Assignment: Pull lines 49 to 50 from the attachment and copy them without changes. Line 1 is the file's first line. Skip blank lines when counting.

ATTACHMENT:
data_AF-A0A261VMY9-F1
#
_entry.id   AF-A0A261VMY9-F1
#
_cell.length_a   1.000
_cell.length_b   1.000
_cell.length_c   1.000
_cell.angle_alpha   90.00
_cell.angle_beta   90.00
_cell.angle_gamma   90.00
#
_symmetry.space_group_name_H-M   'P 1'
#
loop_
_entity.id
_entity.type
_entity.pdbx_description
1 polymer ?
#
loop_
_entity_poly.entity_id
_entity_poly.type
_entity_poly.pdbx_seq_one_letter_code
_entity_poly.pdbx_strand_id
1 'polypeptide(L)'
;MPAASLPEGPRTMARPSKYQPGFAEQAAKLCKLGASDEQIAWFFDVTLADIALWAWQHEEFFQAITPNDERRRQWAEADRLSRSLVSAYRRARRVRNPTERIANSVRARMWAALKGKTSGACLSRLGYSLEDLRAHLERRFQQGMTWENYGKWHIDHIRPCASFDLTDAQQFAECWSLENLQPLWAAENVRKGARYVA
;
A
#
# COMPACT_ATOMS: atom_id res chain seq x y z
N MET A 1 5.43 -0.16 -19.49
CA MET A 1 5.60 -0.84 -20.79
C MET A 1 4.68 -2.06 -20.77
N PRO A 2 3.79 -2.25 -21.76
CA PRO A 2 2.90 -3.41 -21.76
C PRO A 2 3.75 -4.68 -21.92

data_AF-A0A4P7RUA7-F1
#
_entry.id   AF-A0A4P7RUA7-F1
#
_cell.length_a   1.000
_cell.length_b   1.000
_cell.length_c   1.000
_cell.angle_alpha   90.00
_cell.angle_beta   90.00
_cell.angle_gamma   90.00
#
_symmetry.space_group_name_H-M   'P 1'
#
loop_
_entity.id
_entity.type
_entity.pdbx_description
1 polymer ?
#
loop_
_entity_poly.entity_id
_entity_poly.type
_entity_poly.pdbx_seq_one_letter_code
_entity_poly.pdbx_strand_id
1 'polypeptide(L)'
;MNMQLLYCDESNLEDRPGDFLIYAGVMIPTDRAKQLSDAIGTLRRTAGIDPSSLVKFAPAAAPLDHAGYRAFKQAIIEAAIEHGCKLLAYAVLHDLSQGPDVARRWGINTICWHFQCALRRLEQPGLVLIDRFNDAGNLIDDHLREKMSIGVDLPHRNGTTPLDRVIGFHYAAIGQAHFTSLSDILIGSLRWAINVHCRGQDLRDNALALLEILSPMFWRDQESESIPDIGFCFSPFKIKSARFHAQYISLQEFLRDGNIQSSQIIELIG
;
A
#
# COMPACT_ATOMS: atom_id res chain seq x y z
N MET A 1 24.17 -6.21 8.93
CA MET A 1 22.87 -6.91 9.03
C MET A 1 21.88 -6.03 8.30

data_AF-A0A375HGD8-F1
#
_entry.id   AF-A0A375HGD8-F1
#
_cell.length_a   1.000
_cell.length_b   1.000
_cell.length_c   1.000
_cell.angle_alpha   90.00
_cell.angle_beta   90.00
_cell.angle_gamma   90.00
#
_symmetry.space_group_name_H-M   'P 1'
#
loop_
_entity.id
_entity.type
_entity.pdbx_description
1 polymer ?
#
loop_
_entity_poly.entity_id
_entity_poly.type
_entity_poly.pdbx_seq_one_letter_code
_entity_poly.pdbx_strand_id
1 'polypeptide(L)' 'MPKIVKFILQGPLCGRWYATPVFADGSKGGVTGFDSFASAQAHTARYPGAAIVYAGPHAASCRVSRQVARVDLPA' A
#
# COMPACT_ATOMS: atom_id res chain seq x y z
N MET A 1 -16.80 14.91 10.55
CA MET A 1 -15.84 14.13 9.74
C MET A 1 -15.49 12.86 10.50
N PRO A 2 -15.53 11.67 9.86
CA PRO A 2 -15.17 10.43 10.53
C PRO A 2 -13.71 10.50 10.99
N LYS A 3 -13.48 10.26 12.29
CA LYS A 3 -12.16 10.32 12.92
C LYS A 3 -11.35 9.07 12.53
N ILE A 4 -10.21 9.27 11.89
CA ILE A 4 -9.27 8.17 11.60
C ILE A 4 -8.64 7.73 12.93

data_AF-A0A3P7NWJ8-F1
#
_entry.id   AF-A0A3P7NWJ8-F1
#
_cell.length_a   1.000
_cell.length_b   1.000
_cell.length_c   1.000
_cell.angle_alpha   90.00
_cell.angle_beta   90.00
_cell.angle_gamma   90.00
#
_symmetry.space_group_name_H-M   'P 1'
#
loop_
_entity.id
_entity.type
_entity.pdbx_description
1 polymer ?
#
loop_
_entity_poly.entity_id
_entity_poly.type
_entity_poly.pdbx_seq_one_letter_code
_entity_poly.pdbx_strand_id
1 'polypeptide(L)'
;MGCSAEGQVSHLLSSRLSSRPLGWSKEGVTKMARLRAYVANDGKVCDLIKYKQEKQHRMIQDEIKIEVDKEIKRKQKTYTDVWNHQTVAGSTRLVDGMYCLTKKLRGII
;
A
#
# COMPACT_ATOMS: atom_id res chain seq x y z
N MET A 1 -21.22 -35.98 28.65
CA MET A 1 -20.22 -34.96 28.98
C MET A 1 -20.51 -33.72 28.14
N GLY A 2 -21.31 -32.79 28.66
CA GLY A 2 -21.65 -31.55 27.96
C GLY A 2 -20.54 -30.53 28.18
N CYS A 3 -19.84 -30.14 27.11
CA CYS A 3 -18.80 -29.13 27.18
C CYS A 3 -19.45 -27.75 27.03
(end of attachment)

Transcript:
#
loop_